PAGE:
Thursday, August 9, 2012

Caveat Advena

Three days ago I wrote about two groups of extremist attorneys. One group, what I termed the "extreme pessimists", was advising that individuals avoid applying for Deferred Action at all costs. The other group, who I called the “extreme optimists", advocated mass applications without regard for qualifications or consequences. In that post I explained how I felt it was unwise to follow the advice of either group.

Today, I wish to discuss another group. Their position is far more dangerous than the extreme pessimists or the extreme optimists. Let us call them the "caveat advenas." You have probably heard of the phrase, caveat emptor. It is Latin for "let the buyer beware." The phrase is a warning to buyers to be cautious about the quality of merchandise that they are buying. In U.S. property law, caveat emptor tends to apply to the sale of a residential home where the homeowner is selling to another buyer. The homeowner-seller is generally not liable to the new buyer for defects on the property so long as the seller does not actively conceal latent defects or make material misrepresentations about the property. In other words, the buyer is warned that he has virtually no protection against a bad purchase.

I present to you another phrase, caveat advena- "Let the immigrant beware". The group that I mention here is advising against anyone getting any sort of advisement as to their rights to apply for Deferred Action. What would they have the individual do who wonders if he qualifies for Deferred Action? Apply blindly, as the extreme optimists would advise? Avoid Deferred Action as the extreme pessimists would suggest? The decision is irrelevant to the caveat advenas, so long as the decision is made without consulting about one's rights.

The idea sounds as absurd to me as it probably does to you. Is obtaining information bad? Should consulting about one's rights be discouraged? The idea goes contrary to everything that this country stands for. The preamble of the Declaration of Independence includes the word "rights" 5 times in a span of just 202 words. The U.S. Constitution was first amended in 1791 to include a Bill of Rights. Anyone who is arrested is informed of his rights- he has a right against self-incrimination and he has a right to counsel. The right to counsel in criminal cases is so paramount that if the individual is unable to afford an attorney, he has a right to have one appointed for him at no cost to him. As you can see, the ability to know one's rights is a centerpiece of our republic.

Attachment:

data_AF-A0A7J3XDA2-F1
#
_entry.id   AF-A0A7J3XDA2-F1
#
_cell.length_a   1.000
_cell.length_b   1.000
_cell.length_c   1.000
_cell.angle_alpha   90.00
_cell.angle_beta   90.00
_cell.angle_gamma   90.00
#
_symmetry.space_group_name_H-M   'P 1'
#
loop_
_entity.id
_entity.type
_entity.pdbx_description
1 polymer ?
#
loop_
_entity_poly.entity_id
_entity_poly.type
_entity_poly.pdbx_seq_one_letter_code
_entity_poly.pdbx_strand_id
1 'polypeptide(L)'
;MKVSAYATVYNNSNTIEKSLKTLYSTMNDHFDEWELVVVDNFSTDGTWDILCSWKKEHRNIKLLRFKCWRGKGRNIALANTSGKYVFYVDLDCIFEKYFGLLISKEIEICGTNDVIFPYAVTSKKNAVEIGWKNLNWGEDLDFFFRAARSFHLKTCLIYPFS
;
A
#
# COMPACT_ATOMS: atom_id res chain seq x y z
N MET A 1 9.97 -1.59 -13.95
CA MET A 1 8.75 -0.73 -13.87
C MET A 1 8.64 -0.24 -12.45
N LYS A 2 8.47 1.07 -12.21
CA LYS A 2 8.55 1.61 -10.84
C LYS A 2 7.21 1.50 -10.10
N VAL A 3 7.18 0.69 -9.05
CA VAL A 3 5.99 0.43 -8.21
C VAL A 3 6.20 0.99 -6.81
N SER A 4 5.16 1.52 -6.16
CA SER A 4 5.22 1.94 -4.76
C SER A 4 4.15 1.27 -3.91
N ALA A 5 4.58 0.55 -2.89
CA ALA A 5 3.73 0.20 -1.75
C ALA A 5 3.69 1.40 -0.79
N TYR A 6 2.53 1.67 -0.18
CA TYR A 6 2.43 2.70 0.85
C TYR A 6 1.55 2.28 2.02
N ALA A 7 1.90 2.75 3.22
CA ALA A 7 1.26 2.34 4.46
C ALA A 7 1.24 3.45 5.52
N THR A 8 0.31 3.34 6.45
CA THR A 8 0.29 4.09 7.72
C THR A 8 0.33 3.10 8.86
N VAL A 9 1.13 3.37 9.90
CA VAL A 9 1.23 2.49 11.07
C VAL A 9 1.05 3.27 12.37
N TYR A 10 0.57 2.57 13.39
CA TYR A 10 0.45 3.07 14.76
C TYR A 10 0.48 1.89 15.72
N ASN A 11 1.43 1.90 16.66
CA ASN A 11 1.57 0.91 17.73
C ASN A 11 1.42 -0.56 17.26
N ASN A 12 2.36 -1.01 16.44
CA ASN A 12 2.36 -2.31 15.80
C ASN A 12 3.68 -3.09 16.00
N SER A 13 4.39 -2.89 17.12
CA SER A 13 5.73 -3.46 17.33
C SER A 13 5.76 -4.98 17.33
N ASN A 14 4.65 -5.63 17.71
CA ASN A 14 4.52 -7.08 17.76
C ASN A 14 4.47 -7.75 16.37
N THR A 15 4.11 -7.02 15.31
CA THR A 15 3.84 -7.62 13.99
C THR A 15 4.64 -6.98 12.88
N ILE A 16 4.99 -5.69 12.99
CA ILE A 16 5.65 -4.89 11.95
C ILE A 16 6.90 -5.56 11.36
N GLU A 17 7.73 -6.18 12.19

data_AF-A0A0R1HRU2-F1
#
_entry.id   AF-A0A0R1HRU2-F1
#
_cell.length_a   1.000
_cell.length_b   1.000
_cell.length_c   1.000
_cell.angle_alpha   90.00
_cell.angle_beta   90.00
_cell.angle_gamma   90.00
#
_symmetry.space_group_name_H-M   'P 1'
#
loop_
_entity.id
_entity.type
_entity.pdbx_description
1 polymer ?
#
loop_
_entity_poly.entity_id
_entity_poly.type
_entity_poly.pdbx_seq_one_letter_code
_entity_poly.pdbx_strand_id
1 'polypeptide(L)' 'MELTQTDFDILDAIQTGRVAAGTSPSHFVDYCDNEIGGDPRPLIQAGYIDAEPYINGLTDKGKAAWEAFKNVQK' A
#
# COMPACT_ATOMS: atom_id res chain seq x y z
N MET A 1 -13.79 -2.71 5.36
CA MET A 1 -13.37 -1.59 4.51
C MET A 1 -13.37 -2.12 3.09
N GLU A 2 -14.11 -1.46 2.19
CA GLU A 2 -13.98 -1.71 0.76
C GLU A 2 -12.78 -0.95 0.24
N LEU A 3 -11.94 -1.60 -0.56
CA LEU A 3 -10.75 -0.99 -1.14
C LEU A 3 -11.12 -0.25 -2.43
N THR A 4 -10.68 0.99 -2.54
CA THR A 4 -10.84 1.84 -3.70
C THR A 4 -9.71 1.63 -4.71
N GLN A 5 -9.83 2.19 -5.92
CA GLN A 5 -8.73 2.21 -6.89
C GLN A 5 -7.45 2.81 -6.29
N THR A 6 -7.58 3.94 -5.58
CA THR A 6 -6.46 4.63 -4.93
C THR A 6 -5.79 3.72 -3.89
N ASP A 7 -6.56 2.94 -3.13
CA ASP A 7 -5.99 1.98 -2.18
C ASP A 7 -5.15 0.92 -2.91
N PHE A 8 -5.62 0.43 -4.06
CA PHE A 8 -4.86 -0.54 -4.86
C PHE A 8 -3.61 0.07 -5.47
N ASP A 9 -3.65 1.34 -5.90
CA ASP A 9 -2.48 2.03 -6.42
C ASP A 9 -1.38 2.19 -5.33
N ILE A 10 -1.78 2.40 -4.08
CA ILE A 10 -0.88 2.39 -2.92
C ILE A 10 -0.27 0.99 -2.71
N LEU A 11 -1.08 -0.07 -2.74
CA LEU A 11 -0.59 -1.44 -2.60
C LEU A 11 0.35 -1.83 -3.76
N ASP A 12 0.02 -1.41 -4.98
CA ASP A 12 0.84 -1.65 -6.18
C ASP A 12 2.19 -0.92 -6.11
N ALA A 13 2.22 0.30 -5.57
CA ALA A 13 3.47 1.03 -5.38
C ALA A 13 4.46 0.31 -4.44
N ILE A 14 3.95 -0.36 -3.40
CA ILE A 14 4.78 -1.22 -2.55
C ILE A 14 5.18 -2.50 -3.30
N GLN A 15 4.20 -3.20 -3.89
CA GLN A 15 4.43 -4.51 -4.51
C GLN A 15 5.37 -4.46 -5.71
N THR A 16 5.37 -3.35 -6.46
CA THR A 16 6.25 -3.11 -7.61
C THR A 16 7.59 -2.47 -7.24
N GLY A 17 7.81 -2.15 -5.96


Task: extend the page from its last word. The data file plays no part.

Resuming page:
The caveat advenas do not want immigrants to know their rights.  They discourage potential Deferred Action applicants from becoming informed about their particular situation.  At this point, you are probably thinking that I am describing some group of individuals who stand on the street corner proclaiming insanely that immigrants are the cause of problems ranging from unemployment to the summers becoming increasingly hotter.  It would be easier if that was who I was speaking of, because then we could spot the mad man in the crowd.  He would be the one with the dirty clothes, unkempt hair and long beard waving his arms frantically in the air as he proclaims that the world is going to end. 

The fact is that many of the caveat advenas are indistinguishable from you and I.  Some were immigrants and others children of immigrants. Some of them are even members of Congress.  Most of them claim to be in favor of immigrant rights.  Yet, none of them want immigrants to know their rights. Let the immigrant beware.

What would cause them to claim to be on the side of immigrants, while advocating that immigrants wallow in the waters of ignorance and risk getting caught in the cataracts of failure?

What could be their rationale for causing harm the very people they say they want to help?  I do not know.  The answer must dwell in the deepest reaches of their minds, where malevolent thoughts find fertile ground.

The U.S. Citizenship and Immigration Services (USCIS), fortunately does not share the sinistrous view of the caveat advenas.  On its website, USCIS states, “Not sure what immigration benefit to apply for or which USCIS forms you need to file? Then you may need immigration legal advice.” 

Finally, I write these words after meeting a lady who came into our office in tears.  Her immigrant husband is detained and runs the risk of being removed from the country, for filing for the wrong benefit at the wrong time.   They did not seek legal advice before applying.   They went into the process blindly as the caveat advenas would have them do.  Now their dreams of being together forever have turned into a nightmare of separation and incarceration.

The immigrant should not have to beware. Unlike in the case of caveat emptor, the immigrant does have protection against a bad process. He, along with anyone else on this land, has rights and one of those rights is the right to seek counsel.

The above information is provided for information purposes.  It should be construed as legal advice or the formation of an attorney/client relationship.

Monday, August 6, 2012

Deferred Action: Two Extremes and the Real Way